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accumulation of capital

accumulation of capital  

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One of the fundamental topics in economics is the process by which the capital stock is accumulated. Labor productivity—the primary determinant of economic well-being—depends in large part on the ...
capital

capital  

1 Man-made material resource used or available for use in production, for example machinery. This is also referred to as physical capital.2 Material or financial wealth, accumulated by an individual ...
capitalism

capitalism  

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An economic system in which the factors of production are privately owned and individual owners of capital are free to make use of it as they see fit; in particular, for their own profit. In this ...
classical economics

classical economics  

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An economic theory based on the principles that both individuals and society prosper most with a minimum of political intervention, and that the allocation of a scarce resource is best decided ...
financial crisis

financial crisis  

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A collapse in the price of financial obligations, which may lead to a collapse in the economy. The major financial crisis in the history of world finance took place after the Wall Street Crash of ...
Friedrich August von Hayek

Friedrich August von Hayek  

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(1899–1992)Austrian-born British economist whose free-market theories influenced a political generation and earned him a share in the Nobel Prize for Economics in 1974.Friedrich Hayek, a product of ...
growth theory

growth theory  

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Economic growth has been one of the fundamental subjects of economics since its origins. The history of economics generally recognizes three dominant theories of growth:1. The Classical growth models ...
Immanuel Wallerstein

Immanuel Wallerstein  

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(1930 –)Historical sociologist known primarily for his pioneering work on world-systems theory—the historical study of the emergence of global relations of economic and political power. World-systems ...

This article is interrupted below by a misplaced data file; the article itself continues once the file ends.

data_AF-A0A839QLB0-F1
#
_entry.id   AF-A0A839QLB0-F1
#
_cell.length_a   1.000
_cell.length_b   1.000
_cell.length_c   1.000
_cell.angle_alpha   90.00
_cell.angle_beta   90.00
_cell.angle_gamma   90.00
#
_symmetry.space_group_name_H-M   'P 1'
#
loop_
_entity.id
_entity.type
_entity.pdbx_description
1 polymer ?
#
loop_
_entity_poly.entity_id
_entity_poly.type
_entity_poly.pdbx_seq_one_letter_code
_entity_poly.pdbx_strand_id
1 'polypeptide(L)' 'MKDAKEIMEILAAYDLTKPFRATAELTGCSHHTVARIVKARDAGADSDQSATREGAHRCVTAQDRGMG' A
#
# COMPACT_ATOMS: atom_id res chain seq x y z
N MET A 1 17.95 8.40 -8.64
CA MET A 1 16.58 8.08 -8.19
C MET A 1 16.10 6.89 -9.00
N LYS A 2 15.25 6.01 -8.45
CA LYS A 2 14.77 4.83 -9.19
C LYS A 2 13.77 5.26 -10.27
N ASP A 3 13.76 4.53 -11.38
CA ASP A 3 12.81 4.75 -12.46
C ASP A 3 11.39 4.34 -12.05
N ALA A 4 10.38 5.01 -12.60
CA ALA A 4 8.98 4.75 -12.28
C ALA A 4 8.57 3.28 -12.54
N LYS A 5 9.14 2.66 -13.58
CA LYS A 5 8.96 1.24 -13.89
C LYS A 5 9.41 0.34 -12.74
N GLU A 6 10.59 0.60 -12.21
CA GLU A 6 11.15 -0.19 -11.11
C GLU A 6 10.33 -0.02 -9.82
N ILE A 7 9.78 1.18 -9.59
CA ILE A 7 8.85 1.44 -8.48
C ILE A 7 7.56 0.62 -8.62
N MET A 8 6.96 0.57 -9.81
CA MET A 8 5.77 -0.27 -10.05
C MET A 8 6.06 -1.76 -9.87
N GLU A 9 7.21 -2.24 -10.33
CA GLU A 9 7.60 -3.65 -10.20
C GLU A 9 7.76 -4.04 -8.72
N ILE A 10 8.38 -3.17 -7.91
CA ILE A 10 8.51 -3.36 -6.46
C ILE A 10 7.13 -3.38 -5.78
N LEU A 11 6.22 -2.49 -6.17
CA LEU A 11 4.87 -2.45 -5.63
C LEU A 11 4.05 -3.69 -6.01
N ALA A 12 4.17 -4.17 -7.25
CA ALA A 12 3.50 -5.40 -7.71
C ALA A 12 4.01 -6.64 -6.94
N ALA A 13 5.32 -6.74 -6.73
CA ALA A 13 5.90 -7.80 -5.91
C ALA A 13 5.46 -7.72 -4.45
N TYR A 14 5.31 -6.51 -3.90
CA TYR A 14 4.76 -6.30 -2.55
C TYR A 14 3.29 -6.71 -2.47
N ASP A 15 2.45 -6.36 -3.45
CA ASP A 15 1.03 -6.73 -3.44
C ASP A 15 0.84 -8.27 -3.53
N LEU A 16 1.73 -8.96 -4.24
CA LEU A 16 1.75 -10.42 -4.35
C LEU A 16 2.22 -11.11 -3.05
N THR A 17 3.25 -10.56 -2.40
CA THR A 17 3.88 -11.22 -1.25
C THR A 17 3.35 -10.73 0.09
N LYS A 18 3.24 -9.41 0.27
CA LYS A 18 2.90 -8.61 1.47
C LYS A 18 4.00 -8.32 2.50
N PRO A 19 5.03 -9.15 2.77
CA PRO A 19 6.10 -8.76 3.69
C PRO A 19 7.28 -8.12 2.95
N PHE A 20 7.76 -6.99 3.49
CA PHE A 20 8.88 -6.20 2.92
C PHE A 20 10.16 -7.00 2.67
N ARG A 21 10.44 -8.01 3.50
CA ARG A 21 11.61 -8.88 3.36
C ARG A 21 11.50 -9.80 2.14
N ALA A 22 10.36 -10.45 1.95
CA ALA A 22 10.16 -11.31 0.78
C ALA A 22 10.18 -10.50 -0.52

interest

interest  

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1 The cost of borrowing or lending money. See interest rate calculations.2 The wish or indication to buy or sell. See circle; indication of interest.
Keynesianism

Keynesianism  

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The term Keynesianism owes its origins to the thought of John Maynard Keynes (1883–1946), a prolific British economist whose most influential work was The General Theory of Employment, Interest, and ...
labor economics

labor economics  

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The aspects of economics concerned with the supply and demand for labour. This includes factors affecting the participation rate, wage bargaining and organized labour, training, hours and conditions ...
labour theory of value

labour theory of value  

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A statement postulated in Marxian economics that the value of goods and services is determined by the amount of direct and indirect labour inputs needed to produce them.
laissez-faire

laissez-faire  

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The transition from the medieval to the modern economy was characterized by the progressive removal of restrictions on individuals and groups in favour of the operation of market forces. The balance ...
macroeconomics

macroeconomics  

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The macro aspects of economics, concerning the determination of aggregate quantities in the economy. Macroeconomics considers what determines total employment and production, consumption, investment ...
microeconomics

microeconomics  

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The micro aspects of economics, concerning the decision-making of individuals. Microeconomics analyses the choices of consumers (who can be individuals or households) and firms in a variety of market ...
monetarism

monetarism  

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An economic theory based on the view that the quantity of money is the main determinant of money incomes. This is often combined with the view that markets tend to clear, and that people form ...
neoclassical economics

neoclassical economics  

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A branch of economics that studies the allocation of scarce resources between competing uses and users, based on principles of market equilibrium and profit maximization.
Nicholas Kaldor

Nicholas Kaldor  

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(1908–1986)Hungarian-born British economist. He was created a life peer in 1974.Born in Budapest, Kaldor moved to Britain in the 1920s to study, graduating at the London School of Economics in 1930 ...
political science

political science  

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The study of the state, government, and politics. The idea that the study of politics should be ‘scientific’ has excited controversy for centuries. What is at stake is the nature of our political ...
prestige

prestige  

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A major differentiating factor among occupations and social positions; consequently, an important aspect of structures of social stratification. The forms and uses of prestige have been of enormous ...

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